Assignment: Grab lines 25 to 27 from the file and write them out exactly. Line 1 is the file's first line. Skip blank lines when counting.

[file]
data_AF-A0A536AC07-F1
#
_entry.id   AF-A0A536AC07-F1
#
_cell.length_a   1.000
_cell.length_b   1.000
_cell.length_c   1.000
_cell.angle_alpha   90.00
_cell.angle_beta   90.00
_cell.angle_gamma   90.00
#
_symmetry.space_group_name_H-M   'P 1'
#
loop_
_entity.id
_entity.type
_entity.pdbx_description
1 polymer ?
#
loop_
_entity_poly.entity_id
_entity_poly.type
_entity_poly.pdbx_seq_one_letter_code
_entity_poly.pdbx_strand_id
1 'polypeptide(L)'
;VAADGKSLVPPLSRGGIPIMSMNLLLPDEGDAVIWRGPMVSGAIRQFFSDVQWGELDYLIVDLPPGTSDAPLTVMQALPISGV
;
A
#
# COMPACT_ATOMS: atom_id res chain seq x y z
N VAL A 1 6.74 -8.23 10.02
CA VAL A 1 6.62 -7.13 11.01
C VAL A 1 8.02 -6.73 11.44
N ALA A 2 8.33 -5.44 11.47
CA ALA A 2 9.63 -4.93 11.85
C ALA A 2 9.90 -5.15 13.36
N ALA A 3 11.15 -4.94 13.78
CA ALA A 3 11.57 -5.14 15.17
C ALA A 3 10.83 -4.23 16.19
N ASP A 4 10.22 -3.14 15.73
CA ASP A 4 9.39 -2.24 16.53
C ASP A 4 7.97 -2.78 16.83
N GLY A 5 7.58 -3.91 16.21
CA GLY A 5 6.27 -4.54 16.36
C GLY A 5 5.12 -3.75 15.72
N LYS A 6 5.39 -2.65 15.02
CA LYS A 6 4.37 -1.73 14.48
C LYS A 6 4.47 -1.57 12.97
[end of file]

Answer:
1 'polypeptide(L)'
;VAADGKSLVPPLSRGGIPIMSMNLLLPDEGDAVIWRGPMVSGAIRQFFSDVQWGELDYLIVDLPPGTSDAPLTVMQALPISGV
;